Once in awhile, an unknown film will cause such a stir at a festival it will be required viewing for everyone in attendance. Standing in line at AFI Film Festival, one woman told me she did not need food or water after watching Houda Benyamina‘s Divines. After that the answer to, “What’s your favorite film at the festival,” was mostly Divines. With just one more screening I knew I couldn’t miss it.
Sitting in the theater on my final day at the festival I wasn’t sure what to expect. I knew the film was about impoverished, young women in a coming-of-age story. I knew it was a French language film. I didn’t know I would like a morality tale.
Traditionally morality tales are heavy handed and meant to shame or corrupt an audience into behaving properly. Every once in awhile, however, a film comes along with a strong message that reads more like desperation than damnation. Divines weaves together first love, religious identity, youth poverty, and then pure rage into a haunting story.
Divines follows the story of Dounia, Oulaya Amamra, and Maimouna, Deborah Lukumuena two Muslim teens living in a French slum. The two have a kind of hetero life partnership reserved for young women. They spent every moment they can spare together, but they are headed down two very separate paths.
Lukumuena is a revelation. As a fellow big girl, it was rewarding to see someone like her on film. Her dark skin, gap tooth, endless confidence, and perfectly-timed humor make her one to watch. Maimouna is a well-behaved daughter of the Imam of the local mosque. Hanging with Dounia allows her to flirt with danger. They steal and spit on dancers from the rafters of the theater, but at the end of the day, Maimouna goes home to pray with and be loved by her family.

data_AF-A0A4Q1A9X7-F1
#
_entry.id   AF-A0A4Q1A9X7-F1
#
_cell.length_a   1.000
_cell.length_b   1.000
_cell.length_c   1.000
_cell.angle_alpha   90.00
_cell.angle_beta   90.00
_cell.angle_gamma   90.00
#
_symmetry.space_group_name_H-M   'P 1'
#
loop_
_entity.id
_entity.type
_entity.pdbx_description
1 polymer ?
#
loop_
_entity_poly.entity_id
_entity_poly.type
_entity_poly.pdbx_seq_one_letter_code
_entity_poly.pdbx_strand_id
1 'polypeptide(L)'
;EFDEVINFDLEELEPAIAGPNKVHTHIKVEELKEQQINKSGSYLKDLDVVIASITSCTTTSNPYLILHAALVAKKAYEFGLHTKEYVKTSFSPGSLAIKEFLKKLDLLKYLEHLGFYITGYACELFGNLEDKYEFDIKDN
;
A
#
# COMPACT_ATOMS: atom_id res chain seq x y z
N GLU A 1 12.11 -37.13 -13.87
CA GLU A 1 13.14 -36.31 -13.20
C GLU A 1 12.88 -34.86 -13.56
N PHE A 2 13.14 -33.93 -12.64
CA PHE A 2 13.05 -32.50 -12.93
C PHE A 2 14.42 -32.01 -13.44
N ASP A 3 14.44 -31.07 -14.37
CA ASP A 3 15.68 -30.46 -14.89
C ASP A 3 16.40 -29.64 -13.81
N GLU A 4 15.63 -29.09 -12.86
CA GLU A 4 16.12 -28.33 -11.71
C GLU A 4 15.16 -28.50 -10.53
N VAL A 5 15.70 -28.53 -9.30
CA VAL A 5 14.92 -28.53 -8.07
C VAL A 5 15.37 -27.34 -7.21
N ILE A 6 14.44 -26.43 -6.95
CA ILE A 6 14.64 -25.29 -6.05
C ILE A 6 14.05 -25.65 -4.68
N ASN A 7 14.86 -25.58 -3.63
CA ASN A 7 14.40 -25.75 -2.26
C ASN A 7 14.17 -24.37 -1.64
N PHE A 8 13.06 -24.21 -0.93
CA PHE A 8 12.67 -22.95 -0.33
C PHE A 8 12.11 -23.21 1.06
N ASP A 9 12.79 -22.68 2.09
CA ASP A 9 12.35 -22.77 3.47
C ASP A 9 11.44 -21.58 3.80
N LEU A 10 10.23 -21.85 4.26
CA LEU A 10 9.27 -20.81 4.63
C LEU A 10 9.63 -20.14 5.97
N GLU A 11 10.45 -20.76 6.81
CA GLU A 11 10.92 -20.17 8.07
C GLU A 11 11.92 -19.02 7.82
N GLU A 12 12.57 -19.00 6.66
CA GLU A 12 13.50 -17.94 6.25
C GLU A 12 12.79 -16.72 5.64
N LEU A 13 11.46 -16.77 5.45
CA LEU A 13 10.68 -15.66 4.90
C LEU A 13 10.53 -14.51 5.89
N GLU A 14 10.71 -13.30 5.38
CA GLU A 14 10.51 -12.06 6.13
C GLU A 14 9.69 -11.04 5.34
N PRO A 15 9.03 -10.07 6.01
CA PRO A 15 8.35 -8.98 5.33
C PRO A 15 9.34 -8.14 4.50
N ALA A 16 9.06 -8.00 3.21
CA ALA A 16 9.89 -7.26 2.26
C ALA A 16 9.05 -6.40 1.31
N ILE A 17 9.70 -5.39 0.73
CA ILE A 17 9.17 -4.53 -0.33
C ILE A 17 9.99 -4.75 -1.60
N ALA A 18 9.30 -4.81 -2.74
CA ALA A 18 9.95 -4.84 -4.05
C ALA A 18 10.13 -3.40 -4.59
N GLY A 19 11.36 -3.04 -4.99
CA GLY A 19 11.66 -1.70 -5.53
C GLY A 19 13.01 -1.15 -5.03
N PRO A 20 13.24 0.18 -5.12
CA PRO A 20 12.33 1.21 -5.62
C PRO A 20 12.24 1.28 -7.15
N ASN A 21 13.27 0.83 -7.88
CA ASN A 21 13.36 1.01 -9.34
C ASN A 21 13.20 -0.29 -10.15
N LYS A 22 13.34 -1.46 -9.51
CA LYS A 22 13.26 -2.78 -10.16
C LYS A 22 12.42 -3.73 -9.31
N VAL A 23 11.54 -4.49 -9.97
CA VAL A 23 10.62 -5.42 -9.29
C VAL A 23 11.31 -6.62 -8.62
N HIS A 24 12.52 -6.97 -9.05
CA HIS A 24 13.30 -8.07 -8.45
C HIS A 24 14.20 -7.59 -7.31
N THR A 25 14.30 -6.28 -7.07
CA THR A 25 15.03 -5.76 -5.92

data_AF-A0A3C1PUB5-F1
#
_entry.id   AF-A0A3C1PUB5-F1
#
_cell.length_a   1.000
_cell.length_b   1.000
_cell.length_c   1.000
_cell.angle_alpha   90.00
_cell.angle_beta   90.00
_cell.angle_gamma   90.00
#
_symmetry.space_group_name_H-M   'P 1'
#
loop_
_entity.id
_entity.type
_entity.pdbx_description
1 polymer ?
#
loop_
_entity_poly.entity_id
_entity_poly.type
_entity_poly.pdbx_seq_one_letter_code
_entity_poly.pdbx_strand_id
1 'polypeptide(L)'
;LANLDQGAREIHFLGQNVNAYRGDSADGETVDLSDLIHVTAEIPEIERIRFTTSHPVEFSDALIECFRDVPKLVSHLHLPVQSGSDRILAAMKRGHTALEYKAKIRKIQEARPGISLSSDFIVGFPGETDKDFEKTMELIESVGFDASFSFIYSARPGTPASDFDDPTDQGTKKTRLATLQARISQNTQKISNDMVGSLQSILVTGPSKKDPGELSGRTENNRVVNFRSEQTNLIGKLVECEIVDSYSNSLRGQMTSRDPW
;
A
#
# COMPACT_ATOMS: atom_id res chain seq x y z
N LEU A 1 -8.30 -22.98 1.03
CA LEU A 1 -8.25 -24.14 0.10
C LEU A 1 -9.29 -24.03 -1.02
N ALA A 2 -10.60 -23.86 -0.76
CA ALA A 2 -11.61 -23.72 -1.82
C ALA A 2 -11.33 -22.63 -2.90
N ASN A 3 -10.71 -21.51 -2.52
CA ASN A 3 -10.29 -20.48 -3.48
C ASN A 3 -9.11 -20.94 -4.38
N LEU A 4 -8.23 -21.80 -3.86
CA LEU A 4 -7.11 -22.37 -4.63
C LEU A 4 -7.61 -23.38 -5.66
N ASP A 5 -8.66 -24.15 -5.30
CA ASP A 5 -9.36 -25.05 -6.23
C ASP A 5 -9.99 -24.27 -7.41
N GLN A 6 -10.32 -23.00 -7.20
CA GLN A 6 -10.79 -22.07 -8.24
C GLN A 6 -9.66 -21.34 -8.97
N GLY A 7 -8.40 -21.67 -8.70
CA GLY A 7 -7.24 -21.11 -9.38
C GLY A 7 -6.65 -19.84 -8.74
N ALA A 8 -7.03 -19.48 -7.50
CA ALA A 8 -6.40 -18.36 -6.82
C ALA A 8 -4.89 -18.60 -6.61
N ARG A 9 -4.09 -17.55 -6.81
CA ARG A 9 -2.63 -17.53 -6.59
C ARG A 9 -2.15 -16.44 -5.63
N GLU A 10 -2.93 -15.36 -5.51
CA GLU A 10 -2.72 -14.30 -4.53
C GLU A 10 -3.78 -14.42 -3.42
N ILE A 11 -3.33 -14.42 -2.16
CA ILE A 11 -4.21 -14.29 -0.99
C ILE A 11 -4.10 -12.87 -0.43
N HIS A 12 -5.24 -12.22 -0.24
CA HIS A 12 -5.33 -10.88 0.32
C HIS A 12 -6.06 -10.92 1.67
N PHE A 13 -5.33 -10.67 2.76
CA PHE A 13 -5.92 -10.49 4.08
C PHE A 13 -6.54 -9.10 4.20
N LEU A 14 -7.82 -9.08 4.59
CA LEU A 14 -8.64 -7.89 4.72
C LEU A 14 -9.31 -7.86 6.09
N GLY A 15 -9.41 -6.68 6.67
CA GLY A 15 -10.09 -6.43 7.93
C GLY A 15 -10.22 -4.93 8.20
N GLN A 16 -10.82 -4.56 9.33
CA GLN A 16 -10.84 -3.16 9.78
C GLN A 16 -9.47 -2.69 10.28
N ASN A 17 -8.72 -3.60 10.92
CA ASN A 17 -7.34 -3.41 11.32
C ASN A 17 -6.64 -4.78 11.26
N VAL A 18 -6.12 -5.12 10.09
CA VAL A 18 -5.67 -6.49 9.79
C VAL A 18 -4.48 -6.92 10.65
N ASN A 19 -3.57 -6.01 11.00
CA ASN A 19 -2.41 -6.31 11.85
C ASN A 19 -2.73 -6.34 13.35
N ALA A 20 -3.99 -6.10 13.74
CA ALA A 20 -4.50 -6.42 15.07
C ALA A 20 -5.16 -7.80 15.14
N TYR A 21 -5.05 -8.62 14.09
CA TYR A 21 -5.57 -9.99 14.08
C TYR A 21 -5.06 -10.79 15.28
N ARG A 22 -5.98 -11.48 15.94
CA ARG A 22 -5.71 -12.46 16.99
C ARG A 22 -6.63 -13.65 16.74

This isn’t an option for, Dounia.
Dounia is responsible for her alcoholic mother who can barely keep a job. She collects water and hand-cranks her shower to help her mother clean herself. She steals for the thrill and to earn some money. When she steals drugs from a low-level hand and returns the product to the local drug lord, she finds herself under new employment. She’s also falling in love for the first time. This unstable environment combined with a healthy dose of hormones sends Dounia spiraling out of control and very quickly in over her head.
Amamra gives an absolutely knockout performance as Dounia. True rage is challenging to embody. There are many quality examples from male performers Denzel Washington in Training Day, Al Pacino in Dog Day Afternoon, Peter Finch in Network, etc. But, it’s rare to see rationally angry women written for the screen. Mary Tyler Moore skirts quiet rage in Ordinary People and Charlize Theron is all out crazy in Monster. Perhaps the best example of a female performance of rage would be Elizabeth Taylor in Who’s Afraid of Virginia Woolf?
The difference between these performances and what Amara is able to accomplish is these characters are drunks, mentally handicapped, abused, and had years of jaded life. Dounia is so young but her abandonment (she’s a “bastard”), and general neglect leave a pure form of rage — the kind of rage that comes from wanting to be acknowledged. It’s an emotion many can identify with, but is rarely explored in cinema.
This coming-of-age story handles the delicate balance of seeking but being unable to come to terms with religion. Dounia, after being physically beaten, has a moment where she heard prayer. This could be her rock bottom, but that pure rage won’t let her turn to something lighter. Like most living in poverty, she has one goal: cash.
In a world where ‘cash is king’ isn’t even debatable, a film calling this motto into question is a refreshing image. Even if viewers don’t hold religious beliefs the themes of friendship, family, abuse, and survival is presented with such raw force the passion resonate long after the final reel has stopped spinning. Divines will be available on Netflix starting November 18th.